JOURNAL ARTICLE
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Underestimation of soft tissue entrapment by computed tomography in orbital floor fractures in the pediatric population.

Ophthalmology 2008 September
PURPOSE: To compare the timing, radiologic, and clinical indications for surgical management of orbital floor fractures in the pediatric and adult populations.

DESIGN: Retrospective observational case series.

PARTICIPANTS: Twenty-four pediatric and 31 adult patients who underwent primary repair of an orbital floor fracture.

METHODS: The records of all patients presenting to the oculoplastics service for primary repair of orbital floor fracture over an 8-year period were reviewed.

MAIN OUTCOME MEASURES: Time to surgical intervention, clinical indication for surgery, radiologic evidence, and intraoperative findings of entrapment.

RESULTS: Pediatric orbital floor fractures were repaired an average of 3 weeks earlier than adult fractures. The most common clinical indication for surgery was entrapment in the pediatric group versus enophthalmia in the adult group. There was a significant underestimation of entrapment reported on computed tomography (CT) in the pediatric group when compared with the clinical indications and intraoperative findings. Conversely, there was good concordance between radiologic and intraoperative findings in the adult group.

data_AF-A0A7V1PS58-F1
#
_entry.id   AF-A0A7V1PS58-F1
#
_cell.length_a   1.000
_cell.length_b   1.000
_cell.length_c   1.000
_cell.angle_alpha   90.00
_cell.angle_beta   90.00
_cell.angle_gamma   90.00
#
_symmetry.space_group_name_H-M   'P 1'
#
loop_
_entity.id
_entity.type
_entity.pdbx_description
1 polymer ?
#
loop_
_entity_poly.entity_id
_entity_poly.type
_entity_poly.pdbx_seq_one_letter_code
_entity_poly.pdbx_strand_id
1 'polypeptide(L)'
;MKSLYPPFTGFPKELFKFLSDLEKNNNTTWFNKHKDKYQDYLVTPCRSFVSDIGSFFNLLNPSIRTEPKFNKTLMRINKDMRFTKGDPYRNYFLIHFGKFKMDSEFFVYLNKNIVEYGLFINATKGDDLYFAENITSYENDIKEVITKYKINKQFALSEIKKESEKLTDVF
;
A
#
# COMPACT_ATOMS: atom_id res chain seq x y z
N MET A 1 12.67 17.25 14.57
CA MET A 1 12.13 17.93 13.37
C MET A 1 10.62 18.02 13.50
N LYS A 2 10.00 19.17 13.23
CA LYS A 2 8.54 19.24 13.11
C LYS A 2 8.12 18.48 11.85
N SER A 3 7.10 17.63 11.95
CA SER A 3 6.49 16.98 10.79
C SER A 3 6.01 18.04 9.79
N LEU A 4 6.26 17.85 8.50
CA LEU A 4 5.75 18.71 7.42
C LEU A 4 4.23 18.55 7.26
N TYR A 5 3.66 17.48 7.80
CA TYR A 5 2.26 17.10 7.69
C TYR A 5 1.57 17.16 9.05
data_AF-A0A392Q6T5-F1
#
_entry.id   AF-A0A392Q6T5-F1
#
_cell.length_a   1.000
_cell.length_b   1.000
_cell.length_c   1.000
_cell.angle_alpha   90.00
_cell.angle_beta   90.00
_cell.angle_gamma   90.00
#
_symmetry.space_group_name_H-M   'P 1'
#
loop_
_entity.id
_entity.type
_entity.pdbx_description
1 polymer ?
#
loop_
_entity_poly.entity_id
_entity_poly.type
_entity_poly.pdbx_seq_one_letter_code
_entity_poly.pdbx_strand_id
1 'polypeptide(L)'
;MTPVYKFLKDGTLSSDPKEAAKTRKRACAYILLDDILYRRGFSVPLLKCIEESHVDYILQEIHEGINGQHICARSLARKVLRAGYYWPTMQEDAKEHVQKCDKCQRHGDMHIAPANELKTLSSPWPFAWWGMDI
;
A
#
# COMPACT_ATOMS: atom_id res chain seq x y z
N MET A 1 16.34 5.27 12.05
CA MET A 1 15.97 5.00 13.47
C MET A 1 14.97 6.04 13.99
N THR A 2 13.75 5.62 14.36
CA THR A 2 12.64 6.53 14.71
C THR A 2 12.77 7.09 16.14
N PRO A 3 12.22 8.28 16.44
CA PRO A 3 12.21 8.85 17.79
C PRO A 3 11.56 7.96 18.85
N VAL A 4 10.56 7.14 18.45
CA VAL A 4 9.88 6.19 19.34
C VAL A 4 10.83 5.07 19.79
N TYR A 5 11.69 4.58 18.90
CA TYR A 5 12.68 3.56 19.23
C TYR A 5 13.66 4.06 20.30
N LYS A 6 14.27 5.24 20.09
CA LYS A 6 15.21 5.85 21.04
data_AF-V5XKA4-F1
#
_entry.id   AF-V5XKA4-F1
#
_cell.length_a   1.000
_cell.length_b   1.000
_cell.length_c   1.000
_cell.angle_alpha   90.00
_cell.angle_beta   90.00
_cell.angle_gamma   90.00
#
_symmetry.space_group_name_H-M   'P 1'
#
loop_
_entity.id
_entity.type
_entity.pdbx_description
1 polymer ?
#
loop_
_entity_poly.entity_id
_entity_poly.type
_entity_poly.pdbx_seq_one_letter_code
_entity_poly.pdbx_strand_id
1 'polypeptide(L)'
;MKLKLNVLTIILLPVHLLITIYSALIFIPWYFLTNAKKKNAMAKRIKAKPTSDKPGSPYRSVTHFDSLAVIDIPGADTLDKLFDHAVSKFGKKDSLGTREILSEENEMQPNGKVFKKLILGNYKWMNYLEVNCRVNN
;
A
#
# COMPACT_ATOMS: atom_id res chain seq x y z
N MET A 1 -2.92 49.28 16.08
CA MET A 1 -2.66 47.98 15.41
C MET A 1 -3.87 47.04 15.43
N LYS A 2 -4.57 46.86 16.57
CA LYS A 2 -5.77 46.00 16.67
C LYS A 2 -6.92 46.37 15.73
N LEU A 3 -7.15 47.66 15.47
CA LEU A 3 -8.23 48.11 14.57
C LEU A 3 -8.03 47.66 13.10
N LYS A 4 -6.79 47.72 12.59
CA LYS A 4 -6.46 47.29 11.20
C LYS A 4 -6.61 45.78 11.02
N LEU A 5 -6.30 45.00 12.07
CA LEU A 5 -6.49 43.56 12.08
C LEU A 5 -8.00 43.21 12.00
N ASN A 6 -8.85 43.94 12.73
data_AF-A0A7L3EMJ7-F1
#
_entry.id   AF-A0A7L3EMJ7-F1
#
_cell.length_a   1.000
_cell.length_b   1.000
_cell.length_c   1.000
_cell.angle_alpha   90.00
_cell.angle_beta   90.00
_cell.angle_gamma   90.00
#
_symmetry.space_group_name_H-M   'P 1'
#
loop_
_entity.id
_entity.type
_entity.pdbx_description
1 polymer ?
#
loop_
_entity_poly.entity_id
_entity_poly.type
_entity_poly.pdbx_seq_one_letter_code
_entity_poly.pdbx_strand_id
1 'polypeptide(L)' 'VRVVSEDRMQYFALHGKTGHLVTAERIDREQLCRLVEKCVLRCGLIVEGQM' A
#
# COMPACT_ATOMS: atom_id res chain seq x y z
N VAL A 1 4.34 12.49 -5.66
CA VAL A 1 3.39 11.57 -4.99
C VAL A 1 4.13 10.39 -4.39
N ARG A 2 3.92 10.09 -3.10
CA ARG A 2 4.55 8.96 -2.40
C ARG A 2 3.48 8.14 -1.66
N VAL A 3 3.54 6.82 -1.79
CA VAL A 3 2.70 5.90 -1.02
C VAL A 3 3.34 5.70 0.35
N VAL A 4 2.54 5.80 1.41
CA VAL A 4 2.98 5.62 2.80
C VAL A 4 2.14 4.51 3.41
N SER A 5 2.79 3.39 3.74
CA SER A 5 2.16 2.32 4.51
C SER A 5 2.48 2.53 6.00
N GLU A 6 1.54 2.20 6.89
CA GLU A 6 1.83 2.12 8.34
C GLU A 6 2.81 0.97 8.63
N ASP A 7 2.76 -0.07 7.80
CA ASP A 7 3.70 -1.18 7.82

CONCLUSIONS: Pediatric orbital floor fractures are often of the trapdoor type, which require earlier surgical intervention. Entrapment and incarceration of orbital soft tissue contents as imaged by CT can be missed by radiologists. Our study demonstrates the poor concordance between radiologic and intraoperative evidence for entrapment in the pediatric population. It is important for the clinician to review all radiologic studies and to perform a thorough ophthalmologic evaluation to aid with clinical decision making.

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